Predicting the Future of Community Associations

Published in the ECHO Journal, August 2008

An Outline for the Next 50 Years


Co-operative, private maintenance of commonly-owned land and facilities in small villages and towns has been around for hundreds, probably thousands of years. But although early examples can be found, such forms of ownership have only been regulated by statute for a few decades in California. The first Condominium Act was passed in 1963. The Davis-Stirling Act, in use today, was enacted in 1985. We began seeing condominiums massed produced for California consumers in the early Sixties when the McKeon Corporation started building their ubiquitous fourplex buildings throughout California.[1]          

Our state’s experience with this form of housing dates back less than 50 years and with so little history to go on, predicting the future requires a lot of speculation. We do have some data, however, and from those sources we can piece together a picture of how community associations might evolve over the next half century. Some of this comes from other writer’s accounts, and some from our own experience. We tried to make practical predictions, based on present-day examples; so you won’t see anything about future moon condos here!

Instead, we look at some practical concerns. First and foremost, community associations are aging. The earliest, built in the Sixties, are now approaching 40 years old. 20 and 30 year-old buildings built as condos are not unusual, and then we have to consider all of the old apartment buildings that have been converted to condos. These buildings are wearing out and must rely on the owners to fund their restoration. Second, neighborhoods and whole cities are changing and will change a lot more in the next 50 years. Projects that were appropriate 30 and 40 years ago will become space and energy inefficient, as well as functionally obsolete and redevelopment of these projects will be necessary. Finally new methods of constructing buildings, organizing common elements, funding and managing community associations will evolve from what we see today.

The future of community associations is and should be of concern to every professional in the association business and every owner of a real estate interest in common with other owners. For one thing a professional’s livelihood depends on his or her ability to predict the future direction of an industry. For another, owners must be able to do financial planning. Finally, governments need to solve many housing problems that arise from an increasing population and serious energy concerns. Anyway, with all of those concerns and caveats in mind, let’s take a look at the next 50 years!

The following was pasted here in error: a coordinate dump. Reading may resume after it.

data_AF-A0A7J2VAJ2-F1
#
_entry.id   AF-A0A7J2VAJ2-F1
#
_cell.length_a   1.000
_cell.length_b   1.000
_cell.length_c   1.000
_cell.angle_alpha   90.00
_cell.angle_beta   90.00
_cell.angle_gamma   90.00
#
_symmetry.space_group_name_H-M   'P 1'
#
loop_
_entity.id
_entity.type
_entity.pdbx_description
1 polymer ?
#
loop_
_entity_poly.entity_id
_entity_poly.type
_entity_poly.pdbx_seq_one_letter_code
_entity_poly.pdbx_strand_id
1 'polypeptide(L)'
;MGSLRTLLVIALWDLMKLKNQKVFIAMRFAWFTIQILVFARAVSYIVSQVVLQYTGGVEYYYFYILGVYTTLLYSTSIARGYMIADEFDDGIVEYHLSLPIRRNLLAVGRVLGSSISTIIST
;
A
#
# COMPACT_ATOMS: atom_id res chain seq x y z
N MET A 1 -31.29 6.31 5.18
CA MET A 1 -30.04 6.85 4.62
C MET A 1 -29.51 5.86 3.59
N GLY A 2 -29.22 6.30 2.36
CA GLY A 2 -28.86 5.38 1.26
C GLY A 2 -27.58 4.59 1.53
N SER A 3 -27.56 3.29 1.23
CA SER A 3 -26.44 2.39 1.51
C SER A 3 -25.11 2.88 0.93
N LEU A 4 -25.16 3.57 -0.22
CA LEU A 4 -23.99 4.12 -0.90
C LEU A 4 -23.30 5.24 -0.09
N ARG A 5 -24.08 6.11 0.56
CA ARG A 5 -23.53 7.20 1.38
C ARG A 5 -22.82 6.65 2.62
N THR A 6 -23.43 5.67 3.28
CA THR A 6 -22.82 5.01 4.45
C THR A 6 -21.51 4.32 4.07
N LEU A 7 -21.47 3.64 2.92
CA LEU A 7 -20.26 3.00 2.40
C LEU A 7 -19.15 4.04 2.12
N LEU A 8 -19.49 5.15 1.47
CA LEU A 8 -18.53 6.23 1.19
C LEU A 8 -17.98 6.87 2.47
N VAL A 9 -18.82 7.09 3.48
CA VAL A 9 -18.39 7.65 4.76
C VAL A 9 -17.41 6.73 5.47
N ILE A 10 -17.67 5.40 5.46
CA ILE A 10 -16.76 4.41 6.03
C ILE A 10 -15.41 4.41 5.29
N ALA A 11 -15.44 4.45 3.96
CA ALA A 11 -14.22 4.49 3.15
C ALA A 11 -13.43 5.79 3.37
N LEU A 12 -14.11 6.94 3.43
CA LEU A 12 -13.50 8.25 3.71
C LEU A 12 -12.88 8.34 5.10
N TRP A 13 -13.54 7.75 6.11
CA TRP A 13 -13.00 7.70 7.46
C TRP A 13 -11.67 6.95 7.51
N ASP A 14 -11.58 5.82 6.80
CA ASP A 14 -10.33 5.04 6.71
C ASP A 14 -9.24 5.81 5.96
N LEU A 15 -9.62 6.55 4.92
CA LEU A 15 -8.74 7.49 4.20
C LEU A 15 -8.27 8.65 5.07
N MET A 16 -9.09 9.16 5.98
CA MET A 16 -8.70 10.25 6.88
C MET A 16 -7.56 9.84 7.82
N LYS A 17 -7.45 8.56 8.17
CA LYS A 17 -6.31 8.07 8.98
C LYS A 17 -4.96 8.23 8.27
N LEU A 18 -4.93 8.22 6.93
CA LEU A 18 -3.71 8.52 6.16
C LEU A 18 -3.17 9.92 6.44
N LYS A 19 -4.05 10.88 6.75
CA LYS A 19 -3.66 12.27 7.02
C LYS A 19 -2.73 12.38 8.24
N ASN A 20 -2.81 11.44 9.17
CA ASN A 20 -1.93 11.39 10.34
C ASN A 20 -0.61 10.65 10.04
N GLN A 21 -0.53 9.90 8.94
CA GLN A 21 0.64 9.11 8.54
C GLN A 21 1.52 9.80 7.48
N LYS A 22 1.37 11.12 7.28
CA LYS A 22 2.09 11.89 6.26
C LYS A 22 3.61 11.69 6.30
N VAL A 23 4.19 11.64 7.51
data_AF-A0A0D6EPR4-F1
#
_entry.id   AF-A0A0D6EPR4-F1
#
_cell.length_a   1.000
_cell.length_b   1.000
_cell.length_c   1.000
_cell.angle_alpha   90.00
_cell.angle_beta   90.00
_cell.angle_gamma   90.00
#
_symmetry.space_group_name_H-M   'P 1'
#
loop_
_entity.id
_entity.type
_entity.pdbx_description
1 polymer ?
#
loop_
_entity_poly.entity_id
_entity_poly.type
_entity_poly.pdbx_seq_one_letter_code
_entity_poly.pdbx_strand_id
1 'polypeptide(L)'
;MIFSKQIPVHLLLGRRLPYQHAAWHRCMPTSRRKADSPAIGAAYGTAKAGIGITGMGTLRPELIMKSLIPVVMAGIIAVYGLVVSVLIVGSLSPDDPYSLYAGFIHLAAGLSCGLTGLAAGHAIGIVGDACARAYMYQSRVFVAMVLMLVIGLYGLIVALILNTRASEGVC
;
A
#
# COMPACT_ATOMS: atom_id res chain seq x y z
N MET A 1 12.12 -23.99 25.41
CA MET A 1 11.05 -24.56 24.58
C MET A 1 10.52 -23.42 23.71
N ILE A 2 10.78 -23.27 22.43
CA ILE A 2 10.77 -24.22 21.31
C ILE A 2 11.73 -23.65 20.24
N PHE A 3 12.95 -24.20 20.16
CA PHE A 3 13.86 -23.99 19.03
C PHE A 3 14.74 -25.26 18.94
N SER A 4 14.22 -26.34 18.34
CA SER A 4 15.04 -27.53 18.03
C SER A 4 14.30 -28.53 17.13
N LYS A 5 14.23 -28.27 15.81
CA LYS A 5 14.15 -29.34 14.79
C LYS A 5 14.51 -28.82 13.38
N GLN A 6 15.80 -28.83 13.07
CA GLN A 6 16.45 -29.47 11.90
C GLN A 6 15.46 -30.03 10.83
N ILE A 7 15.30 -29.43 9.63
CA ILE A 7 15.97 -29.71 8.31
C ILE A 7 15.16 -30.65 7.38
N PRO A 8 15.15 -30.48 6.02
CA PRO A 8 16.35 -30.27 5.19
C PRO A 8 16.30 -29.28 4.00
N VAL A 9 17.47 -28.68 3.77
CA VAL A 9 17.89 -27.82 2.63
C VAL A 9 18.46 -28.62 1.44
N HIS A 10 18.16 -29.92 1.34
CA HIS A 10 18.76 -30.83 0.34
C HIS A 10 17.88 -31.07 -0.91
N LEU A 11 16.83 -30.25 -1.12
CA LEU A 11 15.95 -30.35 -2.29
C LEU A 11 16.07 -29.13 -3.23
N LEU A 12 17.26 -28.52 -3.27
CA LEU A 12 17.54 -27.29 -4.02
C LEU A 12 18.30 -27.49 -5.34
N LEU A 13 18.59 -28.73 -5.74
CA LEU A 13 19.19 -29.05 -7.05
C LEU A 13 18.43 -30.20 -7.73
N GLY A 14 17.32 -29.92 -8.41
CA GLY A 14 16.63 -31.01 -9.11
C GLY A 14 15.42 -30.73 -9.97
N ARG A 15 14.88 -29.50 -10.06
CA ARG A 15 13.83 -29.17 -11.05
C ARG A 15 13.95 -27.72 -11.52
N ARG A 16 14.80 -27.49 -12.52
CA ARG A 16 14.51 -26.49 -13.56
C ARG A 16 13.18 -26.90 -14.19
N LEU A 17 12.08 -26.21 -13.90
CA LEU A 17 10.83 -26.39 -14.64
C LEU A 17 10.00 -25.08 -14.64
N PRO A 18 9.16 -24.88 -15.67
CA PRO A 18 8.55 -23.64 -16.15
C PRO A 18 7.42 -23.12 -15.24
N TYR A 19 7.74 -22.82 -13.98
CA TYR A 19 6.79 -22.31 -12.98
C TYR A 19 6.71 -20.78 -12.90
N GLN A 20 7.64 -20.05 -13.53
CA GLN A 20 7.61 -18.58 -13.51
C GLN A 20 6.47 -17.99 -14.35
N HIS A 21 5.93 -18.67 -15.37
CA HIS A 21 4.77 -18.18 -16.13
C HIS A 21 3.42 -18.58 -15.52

Older community associations will be used to improve the suburbs by recycling open space, or an entire project, into higher density projects. How will that happen? Ask yourself this question: What is the service life of an entire condominium project? 50 years? 100 years? It’s not just the life of the physical components of the building. It’s also the life of the funding plan that supports it and the market in which it exists. All three must remain viable for the project to survive. But what are the chances that the buildings, the financing and the neighborhood will be viable and valuable indefinitely? Most neighborhoods underwent significant economic change during the last century. Some improved, but many got worse. We’ve written reams about the failure of funding plans and to think that a community association will always be able to rely on its members for funding is naïve. For one reason or another, all community associations will become obsolete.

But the law as written perpetuates a theory of “unlimited” useful life; i.e., no obsolescence. In California we must include in a reserve budget everything that has a service life of 30 years or less, and if so, how do we then deal with economic or physical obsolescence? The answer is obvious: recycle it. Owners can approve a partition (sale) of the property by an appropriate vote either under the governing documents or by statute; so redevelopment is largely market-driven. Owners who perceive that their property is worth more redeveloped will begin to search for ways to sell off the entire project.

We will see more pressure on old projects to redevelop as the urban core extends outward and upward to accommodate larger populations in and around existing cities. Urban density will reach 50-60 stories in San Francisco, San Jose, and Oakland. Walnut Creek will see high-rise construction reach 20-30 stories, as will Pleasanton and San Mateo. Environment and energy concerns as well as natural boundaries will prevent further development of outlying or agricultural lands. People will not be able to commute 50 miles to their jobs.

Density will increase appreciably in present urban cores and former suburban locations like Oakland, Walnut Creek, Fremont, San Mateo, and San Jose in concert with, and clustered around, expansions of rapid and mass transit options in those locations. This will be a response to European-style gasoline prices and environmental concerns that will make commuting from present-day suburban neighborhoods prohibitively expensive and socially unacceptable. Transit will include small electric vehicles that can be checked out when needed.

Architectural Changes

The generations of low-rise condo structures built during the last 50 years were constructed primarily of wood—wood framing, roofing, siding, window frames and staircases. Condominium complexes composed mostly of wood will reach obsolescence faster than buildings with stucco or glass skins. Similarly, steel and glass high-rise condominiums will survive longer not only because of the construction materials used, but also because the owners have higher incomes, and because with higher densities the cost of maintaining the structure is shared by more owners.